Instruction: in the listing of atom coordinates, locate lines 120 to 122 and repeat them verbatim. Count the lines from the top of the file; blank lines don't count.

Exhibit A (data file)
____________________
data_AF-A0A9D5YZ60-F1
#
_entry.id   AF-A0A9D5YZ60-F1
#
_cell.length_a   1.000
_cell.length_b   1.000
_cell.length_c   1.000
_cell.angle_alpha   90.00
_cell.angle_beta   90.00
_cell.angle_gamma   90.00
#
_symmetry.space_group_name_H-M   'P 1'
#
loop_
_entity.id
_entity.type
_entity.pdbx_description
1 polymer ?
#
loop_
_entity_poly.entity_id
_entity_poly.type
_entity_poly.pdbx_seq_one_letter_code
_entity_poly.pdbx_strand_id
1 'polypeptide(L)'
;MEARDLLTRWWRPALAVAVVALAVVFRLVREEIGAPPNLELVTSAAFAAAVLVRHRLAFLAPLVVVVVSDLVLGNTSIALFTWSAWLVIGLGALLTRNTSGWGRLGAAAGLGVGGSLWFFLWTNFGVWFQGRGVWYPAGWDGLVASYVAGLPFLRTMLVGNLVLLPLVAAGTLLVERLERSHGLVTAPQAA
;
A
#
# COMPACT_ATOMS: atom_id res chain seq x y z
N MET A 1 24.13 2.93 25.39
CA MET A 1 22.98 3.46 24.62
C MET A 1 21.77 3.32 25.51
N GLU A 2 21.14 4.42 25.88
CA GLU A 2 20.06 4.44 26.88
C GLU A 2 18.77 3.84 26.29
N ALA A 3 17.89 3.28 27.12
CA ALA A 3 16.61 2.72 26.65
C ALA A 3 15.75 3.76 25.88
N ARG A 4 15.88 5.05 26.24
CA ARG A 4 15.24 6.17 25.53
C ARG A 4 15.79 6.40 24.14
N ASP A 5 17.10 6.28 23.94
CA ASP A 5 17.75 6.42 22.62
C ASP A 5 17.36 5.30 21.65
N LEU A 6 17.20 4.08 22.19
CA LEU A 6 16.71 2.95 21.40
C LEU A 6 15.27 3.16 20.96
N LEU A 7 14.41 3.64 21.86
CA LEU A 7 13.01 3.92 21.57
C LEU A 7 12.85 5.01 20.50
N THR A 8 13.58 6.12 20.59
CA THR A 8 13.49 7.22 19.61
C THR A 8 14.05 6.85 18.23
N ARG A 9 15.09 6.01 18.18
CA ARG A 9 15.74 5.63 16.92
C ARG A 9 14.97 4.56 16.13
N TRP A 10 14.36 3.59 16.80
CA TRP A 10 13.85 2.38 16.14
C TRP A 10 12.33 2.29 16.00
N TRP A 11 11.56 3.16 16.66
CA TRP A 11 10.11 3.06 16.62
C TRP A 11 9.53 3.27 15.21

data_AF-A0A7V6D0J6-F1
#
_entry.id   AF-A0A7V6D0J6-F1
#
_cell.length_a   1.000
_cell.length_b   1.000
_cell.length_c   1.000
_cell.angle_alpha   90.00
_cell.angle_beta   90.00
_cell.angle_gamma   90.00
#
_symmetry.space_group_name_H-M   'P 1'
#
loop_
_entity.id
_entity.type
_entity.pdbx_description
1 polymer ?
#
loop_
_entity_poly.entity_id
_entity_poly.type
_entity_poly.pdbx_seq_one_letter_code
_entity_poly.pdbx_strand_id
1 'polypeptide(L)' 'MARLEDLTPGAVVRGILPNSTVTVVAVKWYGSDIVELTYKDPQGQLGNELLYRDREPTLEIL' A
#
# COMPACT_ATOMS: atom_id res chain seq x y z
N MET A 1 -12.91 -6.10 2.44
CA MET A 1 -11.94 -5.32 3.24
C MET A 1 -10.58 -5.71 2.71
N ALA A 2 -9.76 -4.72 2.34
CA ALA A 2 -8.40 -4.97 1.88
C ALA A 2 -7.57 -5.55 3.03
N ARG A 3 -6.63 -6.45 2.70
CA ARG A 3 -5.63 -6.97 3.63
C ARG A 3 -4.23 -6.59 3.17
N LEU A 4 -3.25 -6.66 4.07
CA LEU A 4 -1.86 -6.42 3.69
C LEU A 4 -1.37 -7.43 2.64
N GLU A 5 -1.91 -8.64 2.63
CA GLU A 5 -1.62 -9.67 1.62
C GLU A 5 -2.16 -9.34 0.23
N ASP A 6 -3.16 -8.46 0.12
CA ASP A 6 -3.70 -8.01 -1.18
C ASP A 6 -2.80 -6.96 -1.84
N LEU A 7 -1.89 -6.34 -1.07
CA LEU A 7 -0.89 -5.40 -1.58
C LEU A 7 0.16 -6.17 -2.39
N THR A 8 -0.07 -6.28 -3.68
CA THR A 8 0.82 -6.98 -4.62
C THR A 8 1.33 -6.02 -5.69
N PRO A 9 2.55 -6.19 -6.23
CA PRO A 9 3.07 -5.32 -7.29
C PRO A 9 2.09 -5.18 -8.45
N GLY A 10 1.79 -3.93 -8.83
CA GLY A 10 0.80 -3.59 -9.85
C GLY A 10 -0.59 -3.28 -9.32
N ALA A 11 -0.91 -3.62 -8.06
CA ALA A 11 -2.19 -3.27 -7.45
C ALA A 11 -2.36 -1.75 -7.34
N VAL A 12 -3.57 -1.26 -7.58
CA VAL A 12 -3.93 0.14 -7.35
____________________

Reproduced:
C GLY A 10 -0.59 -3.28 -9.32
N ALA A 11 -0.91 -3.62 -8.06
CA ALA A 11 -2.19 -3.27 -7.45